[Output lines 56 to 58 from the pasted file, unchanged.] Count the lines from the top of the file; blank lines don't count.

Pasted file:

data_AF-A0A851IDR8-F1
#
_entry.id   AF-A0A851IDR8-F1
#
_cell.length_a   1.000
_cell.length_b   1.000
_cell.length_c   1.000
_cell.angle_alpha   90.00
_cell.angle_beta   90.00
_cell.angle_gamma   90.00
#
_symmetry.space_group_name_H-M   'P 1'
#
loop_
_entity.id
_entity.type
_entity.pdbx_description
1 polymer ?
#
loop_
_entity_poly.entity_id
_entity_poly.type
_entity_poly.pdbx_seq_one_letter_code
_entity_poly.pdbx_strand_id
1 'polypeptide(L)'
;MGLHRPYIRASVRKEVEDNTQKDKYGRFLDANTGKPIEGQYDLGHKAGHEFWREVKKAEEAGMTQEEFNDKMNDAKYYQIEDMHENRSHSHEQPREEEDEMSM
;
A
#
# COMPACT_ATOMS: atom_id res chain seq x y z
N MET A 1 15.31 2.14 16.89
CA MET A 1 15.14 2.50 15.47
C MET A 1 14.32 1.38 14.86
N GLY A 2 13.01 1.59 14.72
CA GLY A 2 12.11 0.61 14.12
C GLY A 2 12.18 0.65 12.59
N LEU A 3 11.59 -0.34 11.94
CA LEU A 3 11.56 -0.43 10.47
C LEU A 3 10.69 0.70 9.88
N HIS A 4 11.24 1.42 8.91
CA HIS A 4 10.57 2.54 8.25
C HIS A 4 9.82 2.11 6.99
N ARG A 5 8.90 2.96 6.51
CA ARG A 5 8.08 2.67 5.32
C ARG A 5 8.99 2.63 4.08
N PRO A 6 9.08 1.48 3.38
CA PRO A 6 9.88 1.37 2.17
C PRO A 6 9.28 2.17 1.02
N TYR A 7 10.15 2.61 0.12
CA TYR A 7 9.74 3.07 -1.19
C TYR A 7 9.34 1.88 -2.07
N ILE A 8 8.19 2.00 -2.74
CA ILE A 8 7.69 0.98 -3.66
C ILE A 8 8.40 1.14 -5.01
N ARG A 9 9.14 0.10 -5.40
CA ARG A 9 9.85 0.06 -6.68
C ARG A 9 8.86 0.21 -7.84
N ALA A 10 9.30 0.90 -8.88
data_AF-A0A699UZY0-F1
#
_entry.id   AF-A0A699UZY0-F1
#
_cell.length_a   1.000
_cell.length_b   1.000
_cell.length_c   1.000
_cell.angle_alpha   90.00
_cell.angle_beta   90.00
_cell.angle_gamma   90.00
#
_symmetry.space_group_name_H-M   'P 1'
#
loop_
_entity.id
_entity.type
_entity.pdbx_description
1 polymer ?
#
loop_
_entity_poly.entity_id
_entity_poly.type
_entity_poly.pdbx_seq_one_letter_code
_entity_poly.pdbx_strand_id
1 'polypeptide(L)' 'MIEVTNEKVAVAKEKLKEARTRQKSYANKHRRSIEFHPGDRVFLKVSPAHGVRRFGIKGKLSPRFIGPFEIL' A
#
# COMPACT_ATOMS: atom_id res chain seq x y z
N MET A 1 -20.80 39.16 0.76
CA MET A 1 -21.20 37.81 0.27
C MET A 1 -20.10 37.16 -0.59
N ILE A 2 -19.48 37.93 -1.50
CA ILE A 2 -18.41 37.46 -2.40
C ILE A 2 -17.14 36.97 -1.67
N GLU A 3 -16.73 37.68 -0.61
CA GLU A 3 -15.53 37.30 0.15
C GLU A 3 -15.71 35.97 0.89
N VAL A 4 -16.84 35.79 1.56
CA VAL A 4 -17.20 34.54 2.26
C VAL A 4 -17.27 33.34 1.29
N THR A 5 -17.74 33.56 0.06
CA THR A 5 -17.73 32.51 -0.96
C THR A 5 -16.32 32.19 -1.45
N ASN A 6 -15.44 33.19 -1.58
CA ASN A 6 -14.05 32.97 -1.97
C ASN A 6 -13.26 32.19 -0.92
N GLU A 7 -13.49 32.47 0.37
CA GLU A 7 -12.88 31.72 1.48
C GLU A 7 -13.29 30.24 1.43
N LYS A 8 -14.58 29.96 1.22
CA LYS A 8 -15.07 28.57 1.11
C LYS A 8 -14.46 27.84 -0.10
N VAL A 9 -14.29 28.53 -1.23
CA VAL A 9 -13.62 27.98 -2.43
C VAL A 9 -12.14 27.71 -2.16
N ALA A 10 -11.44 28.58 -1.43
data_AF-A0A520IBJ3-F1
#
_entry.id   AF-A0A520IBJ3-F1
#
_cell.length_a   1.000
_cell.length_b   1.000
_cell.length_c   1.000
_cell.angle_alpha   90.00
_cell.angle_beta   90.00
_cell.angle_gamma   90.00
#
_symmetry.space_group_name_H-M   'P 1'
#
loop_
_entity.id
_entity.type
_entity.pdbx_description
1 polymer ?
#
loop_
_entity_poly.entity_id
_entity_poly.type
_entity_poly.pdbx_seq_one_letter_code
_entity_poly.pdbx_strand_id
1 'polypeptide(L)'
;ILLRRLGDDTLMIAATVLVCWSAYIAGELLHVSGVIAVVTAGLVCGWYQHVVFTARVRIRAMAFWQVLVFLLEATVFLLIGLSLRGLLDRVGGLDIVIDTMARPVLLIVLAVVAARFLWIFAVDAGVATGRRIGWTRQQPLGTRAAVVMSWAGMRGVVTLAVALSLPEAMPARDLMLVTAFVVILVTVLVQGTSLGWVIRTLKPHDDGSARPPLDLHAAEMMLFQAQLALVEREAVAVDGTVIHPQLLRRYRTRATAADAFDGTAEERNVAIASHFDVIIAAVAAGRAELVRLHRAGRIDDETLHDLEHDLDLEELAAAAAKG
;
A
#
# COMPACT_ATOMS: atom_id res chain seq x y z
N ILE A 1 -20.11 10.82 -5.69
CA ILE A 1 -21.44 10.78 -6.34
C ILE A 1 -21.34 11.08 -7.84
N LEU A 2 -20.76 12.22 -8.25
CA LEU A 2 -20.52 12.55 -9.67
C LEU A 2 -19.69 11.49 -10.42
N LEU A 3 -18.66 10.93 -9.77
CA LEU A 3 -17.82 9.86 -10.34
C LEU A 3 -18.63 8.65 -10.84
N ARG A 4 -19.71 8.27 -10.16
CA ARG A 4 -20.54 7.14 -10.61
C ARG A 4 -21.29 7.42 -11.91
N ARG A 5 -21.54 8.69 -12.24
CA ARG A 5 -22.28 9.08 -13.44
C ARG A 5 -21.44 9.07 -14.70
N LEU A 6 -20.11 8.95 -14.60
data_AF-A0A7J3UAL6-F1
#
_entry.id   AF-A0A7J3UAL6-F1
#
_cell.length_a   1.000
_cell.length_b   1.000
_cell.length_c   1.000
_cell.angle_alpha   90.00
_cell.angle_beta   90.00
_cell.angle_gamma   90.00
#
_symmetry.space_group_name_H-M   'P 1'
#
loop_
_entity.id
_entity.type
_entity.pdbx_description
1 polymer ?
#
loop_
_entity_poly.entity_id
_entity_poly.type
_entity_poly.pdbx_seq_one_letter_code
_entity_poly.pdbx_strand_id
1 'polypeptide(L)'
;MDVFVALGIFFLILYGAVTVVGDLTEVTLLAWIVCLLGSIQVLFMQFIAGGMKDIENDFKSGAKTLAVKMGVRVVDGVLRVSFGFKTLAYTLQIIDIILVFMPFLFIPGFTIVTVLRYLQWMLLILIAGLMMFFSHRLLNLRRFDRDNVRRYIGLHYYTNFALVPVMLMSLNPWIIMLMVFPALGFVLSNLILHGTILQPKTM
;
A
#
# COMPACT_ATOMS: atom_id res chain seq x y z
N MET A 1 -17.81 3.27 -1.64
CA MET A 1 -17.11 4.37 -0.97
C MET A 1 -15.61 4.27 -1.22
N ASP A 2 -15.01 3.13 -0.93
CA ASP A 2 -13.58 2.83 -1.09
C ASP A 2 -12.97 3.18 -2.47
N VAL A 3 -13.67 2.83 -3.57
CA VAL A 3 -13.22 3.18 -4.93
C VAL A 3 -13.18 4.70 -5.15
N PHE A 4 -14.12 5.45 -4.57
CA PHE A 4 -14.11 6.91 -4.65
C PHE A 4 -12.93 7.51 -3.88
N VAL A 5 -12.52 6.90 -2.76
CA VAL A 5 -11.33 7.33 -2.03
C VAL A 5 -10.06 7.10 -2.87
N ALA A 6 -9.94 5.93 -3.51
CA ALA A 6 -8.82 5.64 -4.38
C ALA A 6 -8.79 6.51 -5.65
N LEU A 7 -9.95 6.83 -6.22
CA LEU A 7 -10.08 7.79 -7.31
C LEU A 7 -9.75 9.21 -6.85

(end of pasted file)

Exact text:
CA ARG A 9 9.85 0.06 -6.68
C ARG A 9 8.86 0.21 -7.84
N ALA A 10 9.30 0.90 -8.88